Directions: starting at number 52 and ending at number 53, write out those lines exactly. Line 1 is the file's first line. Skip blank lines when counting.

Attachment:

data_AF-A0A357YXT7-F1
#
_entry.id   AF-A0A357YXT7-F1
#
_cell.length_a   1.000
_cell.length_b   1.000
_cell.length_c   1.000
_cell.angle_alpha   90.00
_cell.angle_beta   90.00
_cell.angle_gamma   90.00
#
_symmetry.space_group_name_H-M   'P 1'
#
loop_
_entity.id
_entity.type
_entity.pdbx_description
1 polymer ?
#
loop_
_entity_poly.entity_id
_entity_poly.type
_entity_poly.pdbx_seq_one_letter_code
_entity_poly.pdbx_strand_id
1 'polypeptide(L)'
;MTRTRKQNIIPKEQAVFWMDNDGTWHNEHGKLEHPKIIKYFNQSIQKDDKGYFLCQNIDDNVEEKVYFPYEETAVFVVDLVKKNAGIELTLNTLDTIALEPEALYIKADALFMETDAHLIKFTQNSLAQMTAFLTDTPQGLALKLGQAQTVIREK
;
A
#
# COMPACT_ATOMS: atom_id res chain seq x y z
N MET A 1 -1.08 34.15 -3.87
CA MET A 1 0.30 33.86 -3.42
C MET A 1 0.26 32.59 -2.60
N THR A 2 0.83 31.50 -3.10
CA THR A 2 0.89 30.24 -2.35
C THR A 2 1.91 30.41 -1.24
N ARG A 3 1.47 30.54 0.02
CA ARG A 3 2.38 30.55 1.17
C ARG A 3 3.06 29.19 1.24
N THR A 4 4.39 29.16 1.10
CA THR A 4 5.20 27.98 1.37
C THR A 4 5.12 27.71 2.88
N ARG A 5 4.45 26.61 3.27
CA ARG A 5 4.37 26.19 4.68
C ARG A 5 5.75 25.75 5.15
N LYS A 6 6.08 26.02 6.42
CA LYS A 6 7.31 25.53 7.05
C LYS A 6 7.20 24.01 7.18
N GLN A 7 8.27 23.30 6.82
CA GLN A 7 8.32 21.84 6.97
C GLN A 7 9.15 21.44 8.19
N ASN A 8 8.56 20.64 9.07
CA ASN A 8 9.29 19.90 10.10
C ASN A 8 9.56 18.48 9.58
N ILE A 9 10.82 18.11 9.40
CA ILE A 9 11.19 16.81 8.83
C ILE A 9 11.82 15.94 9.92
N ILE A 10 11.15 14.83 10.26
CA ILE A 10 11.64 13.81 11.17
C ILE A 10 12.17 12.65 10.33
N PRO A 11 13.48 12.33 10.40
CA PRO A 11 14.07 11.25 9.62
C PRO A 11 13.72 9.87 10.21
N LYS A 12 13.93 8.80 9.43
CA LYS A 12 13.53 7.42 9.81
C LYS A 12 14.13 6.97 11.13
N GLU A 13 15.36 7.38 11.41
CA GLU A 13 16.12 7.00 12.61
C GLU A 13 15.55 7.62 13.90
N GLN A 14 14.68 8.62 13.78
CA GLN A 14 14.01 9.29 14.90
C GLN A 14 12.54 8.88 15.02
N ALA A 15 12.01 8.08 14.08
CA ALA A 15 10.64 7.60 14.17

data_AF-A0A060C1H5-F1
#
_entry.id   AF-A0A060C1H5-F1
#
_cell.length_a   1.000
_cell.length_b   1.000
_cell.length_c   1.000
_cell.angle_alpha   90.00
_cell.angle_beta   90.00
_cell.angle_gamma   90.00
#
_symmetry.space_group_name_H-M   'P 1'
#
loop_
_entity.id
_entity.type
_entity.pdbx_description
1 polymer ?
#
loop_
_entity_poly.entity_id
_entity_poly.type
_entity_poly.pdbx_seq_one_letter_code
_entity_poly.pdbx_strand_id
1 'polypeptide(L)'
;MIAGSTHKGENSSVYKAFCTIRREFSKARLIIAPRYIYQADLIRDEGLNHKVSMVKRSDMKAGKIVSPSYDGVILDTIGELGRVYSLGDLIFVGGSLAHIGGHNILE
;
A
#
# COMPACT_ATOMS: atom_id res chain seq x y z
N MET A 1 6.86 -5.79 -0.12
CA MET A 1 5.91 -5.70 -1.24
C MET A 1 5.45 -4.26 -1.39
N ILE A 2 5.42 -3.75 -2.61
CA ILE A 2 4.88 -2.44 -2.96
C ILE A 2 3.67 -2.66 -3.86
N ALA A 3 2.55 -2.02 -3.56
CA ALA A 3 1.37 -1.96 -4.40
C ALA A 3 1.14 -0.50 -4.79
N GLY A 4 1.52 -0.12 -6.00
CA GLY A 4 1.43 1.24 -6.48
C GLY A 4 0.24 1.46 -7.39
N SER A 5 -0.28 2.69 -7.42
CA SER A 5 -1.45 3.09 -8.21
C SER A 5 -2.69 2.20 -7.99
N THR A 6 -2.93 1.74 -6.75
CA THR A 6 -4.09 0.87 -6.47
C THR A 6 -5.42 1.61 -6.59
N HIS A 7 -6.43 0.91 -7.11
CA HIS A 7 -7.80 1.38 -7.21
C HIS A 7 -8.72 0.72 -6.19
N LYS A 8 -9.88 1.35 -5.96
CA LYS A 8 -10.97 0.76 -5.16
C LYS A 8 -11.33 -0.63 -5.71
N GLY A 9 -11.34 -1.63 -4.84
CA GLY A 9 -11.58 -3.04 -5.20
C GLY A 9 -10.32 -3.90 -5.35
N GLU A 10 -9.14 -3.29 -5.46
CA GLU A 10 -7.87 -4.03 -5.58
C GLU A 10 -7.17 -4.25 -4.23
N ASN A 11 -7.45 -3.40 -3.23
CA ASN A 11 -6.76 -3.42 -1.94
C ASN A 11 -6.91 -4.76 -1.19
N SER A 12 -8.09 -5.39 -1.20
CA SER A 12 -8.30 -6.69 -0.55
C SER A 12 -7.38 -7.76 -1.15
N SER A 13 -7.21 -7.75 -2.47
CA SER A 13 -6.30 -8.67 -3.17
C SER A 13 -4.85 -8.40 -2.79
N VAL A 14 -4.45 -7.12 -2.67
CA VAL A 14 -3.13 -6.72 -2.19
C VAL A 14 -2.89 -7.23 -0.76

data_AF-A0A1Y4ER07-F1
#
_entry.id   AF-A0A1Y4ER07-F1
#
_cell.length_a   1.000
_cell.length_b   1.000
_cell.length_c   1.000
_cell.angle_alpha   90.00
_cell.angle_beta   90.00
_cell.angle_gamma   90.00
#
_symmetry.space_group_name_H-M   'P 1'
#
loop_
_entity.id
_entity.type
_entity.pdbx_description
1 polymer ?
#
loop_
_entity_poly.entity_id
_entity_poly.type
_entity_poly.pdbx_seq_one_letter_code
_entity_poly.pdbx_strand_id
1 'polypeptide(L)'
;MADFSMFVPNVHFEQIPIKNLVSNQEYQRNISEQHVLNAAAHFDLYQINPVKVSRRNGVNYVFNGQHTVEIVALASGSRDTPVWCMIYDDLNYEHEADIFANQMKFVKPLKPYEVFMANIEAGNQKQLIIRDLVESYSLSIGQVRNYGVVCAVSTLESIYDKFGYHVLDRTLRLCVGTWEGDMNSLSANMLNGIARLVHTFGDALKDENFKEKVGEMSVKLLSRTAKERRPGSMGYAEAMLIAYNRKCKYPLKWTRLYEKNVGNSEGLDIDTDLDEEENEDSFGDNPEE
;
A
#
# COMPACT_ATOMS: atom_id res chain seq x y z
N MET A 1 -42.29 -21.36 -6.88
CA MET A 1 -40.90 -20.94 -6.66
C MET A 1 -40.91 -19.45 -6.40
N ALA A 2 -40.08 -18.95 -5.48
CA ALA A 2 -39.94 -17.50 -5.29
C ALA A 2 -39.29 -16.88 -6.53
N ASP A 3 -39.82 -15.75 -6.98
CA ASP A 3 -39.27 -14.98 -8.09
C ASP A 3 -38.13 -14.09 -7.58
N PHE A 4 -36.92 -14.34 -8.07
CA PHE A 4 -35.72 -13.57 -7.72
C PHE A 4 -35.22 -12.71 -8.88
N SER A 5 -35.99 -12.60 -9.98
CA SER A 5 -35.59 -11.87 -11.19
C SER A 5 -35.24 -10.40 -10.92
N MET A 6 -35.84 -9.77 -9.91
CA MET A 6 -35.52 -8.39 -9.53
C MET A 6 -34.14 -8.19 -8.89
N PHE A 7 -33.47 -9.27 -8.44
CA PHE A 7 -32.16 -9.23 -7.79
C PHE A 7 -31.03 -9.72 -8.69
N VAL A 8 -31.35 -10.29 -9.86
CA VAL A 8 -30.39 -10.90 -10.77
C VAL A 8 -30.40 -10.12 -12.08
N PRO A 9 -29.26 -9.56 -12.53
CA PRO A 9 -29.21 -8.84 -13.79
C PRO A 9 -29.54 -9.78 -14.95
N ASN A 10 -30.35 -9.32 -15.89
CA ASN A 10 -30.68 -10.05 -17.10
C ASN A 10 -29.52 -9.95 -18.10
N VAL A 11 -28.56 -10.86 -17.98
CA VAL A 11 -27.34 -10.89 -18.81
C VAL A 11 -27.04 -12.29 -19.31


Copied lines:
N ASN A 8 8.56 20.64 9.07
CA ASN A 8 9.29 19.90 10.10